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Old 03-19-2017, 07:34 AM
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Default Re: New York City - Miscegenous Mayor 'Comrade' Bill De Blasio - De Blasio official axed over probe


De Blasio official axed over probe says it was to warn others to keep quiet
By Aaron Short
March 19, 2017 | 6:54am

Ricardo Morales
Helayne Seidman

He’s Mayor de Blasio’s fall guy.

The only city official fired in the just-concluded federal and state probes into de Blasio says he was axed for one reason — to let other civil servants know that they had better keep their traps shut, or else.

“It was a message to any other deputy commissioner or assistant commissioner that if you step out of line, there will be retribution . . . They made sure I got hit,” said Ricardo Morales, a former deputy commissioner with the Department of Citywide Administrative Services.

“This was a continued level of mendacity that I have never seen in government,” he told The Post.

Though Morales lost his job, de Blasio and his aides are in the clear.

Federal and state prosecutors announced Thursday they were dropping their investigation of political fund-raising by the mayor and his staff.

Morales, 60, who was fired on Feb. 24, said that top City Hall aides turned to him into a pariah after he was grilled by probers last spring.

Staffers with the city Department of Investigation and city comptroller quizzed Morales last March and April about two real-estate transactions that allegedly benefited developers and lobbyists who gave donations to the mayor’s campaign and the mayor’s nonprofit, the Campaign for One New York.

Morales also received a federal subpoena in May.

One of Morales’ projects was the controversial removal of a deed restriction for the Rivington House nursing home on the Lower East Side.

The removal forced the for-profit nursing-home provider — who had bought the Rivington building for $28 million from its former nonprofit operator — to flip it because he could no longer afford to run it as a nursing home. He eventually sold it for $116 million.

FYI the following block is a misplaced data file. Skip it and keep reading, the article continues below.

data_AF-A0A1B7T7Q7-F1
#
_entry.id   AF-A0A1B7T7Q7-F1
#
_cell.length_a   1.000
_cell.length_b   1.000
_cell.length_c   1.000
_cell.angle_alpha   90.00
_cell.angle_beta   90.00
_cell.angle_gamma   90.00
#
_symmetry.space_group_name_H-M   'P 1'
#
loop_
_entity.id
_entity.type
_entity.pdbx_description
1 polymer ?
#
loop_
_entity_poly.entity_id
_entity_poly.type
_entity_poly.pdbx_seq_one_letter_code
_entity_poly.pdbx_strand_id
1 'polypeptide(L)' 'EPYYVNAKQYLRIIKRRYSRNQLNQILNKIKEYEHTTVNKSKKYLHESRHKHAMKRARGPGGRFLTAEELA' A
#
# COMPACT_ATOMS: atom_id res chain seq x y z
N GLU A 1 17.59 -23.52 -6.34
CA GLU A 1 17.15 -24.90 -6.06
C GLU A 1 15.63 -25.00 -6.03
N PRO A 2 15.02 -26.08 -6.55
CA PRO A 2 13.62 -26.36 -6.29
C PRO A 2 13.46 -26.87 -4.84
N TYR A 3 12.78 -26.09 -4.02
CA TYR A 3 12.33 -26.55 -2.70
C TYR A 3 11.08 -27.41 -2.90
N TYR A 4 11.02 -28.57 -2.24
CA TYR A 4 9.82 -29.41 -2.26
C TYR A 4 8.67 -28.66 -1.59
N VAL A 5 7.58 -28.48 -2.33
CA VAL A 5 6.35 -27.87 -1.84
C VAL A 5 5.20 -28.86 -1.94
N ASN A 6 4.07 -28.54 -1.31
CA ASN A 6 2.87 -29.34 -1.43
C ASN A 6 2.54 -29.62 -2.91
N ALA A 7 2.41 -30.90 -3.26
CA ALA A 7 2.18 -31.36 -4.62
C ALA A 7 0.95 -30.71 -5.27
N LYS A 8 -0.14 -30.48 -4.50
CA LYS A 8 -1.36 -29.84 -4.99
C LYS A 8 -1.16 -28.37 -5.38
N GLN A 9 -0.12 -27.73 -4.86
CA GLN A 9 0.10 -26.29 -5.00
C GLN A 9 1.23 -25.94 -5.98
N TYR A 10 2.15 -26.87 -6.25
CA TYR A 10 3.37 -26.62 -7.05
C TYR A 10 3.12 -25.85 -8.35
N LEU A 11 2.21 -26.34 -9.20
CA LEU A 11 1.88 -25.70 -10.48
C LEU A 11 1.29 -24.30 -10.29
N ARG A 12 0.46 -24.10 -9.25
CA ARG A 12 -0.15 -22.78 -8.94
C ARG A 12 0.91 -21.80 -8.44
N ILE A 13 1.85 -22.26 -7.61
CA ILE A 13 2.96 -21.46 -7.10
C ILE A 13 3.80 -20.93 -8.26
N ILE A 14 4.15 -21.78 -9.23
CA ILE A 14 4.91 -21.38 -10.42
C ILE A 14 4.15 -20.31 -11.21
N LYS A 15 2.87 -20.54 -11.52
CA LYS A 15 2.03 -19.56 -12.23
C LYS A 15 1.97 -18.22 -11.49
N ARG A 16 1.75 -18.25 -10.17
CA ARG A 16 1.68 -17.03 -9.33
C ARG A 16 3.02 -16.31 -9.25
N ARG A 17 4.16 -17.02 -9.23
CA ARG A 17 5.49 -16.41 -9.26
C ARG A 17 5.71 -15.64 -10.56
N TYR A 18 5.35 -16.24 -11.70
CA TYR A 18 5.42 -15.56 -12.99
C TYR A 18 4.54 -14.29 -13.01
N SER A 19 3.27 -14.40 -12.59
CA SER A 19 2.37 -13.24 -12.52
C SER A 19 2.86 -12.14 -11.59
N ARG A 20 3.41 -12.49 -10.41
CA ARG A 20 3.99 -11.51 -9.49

The other project involved renegotiating a lease settlement of a Queens restaurant whose owner, a mayoral donor, owed the city $1.8 million in back rent and fines.

“They asked me to answer questions honestly about transactions I had managed and I did,” Morales said.

After Morales talked to government investigators, he and his lawyer, Guy Oksenhendler, met with the mayor’s lawyers at Carter Ledyard & Milburn.

De Blasio’s lawyers knew Morales had been subpoenaed by the feds. They peppered him with questions to strengthen their defense of the mayor.

“They asked the same questions any interested prosecutor would have wanted to know the answers to,” Oksenhendler said.

After the questioning, Morales noticed a “sea change” in how other city officials treated his office.

“We were constantly trying to justify our work,” he said. “I told our staff, ‘We did nothing wrong. We have to weather the storm.’ ”

Morales joined the DCAS in 2014 after stints as chair of the city Housing Authority and as first deputy comptroller.

Morales’ then-boss, DCAS Commissioner Stacey Cumberbatch, praised his handling of the Rivington House matter.

But after February 2016, when the former nursing home’s owner netted a windfall by selling the building to investors who plan to convert it to condos, the questions began.
Morales said his relationship with senior City Hall aides became strained.

At one May 2016 meeting to prepare DCAS Commissioner Lisette Camilo, who took over after Cumberbatch left, for a City Council hearing, de Blasio aides cut him off, he

The mood worsened in July, when the Department of Investigation issued a report that revealed senior officials, including Deputy Mayor Tony Shorris, knew the deed restriction was being lifted before the sale.

Morales’ 22-year career came to an end just hours after feds grilled de Blasio on his fund-raising.

Morales said Camilo and First Deputy Commissioner Emily Newman told him they wanted to reorganize the agency leadership.

On March 1, de Blasio said he “didn’t have anything to do with the timing” of Morales’ firing but “had heard it was coming.”

At a City Council hearing Monday, Camilo called Morales’ firing a “personnel issue” and said it had nothing to do with Rivington.

Others involved in the scandal had softer landings.

Cumberbatch was reassigned to the city’s municipal hospital system in January 2016 with no loss of salary. She has since retired.

“I’m not in the business of revenge,” Morales said. “I’m in the business of protecting my reputation. I want to continue to serve the city.”
Those who find the truth hateful just hate hearing the truth.

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